Some kibbutzim have been involved in legal actions related to their status as kibbutzim. Kibbutz Glil Yam, near Herzliya, petitioned the court regarding privatization. In 1999, 8 members of kibbutz Beit Oren, applied to the High Court of Justice, to order the registrar of cooperative societies, to declassify Beit Oren as a kibbutz and reclassify it as a different kind of cooperative society. The petitioners argued that the Kibbutz had dramatically changed its life style, having implemented differential salaries, closing the communal dining room, and privatizing the educational system and other services. These changes did not fit the legal definition of a kibbutz, and in particular, the principle of equality in consumption. Consequently, the registrar of cooperative societies, who has the authority to register and classify cooperative societies, should change the classification of kibbutz Beit Oren. The kibbutz responded that it still maintained the basic principles of a kibbutz, but the changes made were vital to prevent a financial collapse and to improve the economic situation.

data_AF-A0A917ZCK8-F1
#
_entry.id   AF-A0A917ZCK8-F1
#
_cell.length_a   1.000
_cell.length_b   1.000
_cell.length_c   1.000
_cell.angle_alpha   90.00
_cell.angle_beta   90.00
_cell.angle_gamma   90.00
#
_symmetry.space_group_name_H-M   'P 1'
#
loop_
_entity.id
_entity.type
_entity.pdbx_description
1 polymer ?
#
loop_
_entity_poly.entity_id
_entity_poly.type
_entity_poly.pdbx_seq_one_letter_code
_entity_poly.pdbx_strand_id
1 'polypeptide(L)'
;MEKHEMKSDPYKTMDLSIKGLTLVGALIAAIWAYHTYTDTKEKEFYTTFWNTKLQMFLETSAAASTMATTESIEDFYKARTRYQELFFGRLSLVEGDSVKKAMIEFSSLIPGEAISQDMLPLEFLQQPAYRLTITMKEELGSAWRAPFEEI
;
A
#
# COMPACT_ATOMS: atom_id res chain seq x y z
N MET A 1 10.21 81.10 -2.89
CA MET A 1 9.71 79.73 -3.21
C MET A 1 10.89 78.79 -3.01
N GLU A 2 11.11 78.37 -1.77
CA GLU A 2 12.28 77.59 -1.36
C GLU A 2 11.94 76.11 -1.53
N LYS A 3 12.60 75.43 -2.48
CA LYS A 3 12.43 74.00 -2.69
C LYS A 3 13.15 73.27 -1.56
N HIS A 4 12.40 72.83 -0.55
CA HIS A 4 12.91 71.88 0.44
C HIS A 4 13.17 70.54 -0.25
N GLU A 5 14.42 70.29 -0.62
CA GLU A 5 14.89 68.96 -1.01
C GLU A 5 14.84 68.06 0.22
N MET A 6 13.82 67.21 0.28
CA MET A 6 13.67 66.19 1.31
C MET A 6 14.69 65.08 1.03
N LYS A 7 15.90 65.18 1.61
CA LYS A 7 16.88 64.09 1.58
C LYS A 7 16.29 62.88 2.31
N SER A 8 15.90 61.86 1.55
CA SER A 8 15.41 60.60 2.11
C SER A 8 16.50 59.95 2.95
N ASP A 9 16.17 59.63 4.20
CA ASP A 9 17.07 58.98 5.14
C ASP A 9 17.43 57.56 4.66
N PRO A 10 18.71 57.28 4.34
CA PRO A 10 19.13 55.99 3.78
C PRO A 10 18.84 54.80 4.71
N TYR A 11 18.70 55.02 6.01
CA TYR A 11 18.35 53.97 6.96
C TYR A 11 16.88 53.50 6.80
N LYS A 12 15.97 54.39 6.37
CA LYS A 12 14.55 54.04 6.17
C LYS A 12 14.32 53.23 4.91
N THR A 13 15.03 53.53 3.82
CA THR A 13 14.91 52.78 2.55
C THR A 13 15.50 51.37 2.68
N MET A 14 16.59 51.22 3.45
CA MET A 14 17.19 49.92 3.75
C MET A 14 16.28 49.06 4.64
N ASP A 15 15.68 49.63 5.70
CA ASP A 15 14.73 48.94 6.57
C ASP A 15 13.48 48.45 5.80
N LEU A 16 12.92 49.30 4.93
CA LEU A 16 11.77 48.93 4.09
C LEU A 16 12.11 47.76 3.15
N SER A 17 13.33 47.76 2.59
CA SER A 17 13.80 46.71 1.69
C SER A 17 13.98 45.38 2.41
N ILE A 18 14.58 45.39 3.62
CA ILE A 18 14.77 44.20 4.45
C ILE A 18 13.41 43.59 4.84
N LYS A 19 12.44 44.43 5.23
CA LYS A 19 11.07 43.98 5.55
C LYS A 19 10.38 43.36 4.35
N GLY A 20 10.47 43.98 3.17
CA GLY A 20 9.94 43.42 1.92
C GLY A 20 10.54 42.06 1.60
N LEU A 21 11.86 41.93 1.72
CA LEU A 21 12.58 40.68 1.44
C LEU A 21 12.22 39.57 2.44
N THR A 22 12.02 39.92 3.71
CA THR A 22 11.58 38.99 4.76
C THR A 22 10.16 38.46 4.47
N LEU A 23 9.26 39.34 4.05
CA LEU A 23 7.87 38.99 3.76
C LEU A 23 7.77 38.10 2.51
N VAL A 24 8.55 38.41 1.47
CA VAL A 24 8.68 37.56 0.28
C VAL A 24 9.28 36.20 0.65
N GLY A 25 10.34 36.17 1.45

This case resulted in the Government establishing a committee to recommend a new legal definitions that will suit the development of the kibbutz, and to submit an opinion on the allocation of apartments to kibbutz members. The committee submitted a detailed report with two new legal classifications to the settlements known today as kibbutzim. The first classification was named ‘communal kibbutz’ which was identical to the traditional definition of a kibbutz. The second classification, was called the ‘renewing kibbutz’, which included developments and changes in lifestyle, provided that the basic principles of mutual guarantee and equality are preserved. In light of the above, the committee recommended that instead of the current legal definition of kibbutz, two different determinations will be created, as follows, a) communal kibbutz: a society for settlement, being a separate settlement, organized on the basis of collective ownership of possession, of self employment, and of equality and cooperation in production, consumption and education, b) renewing kibbutz: a society for settlement, being a separate settlement, organized on the basis of collective partnership in possession, of self employment, and of equality and cooperation in production, consumption and education, that maintains mutual guarantee among its members, and its articles of association includes, some or all of the following: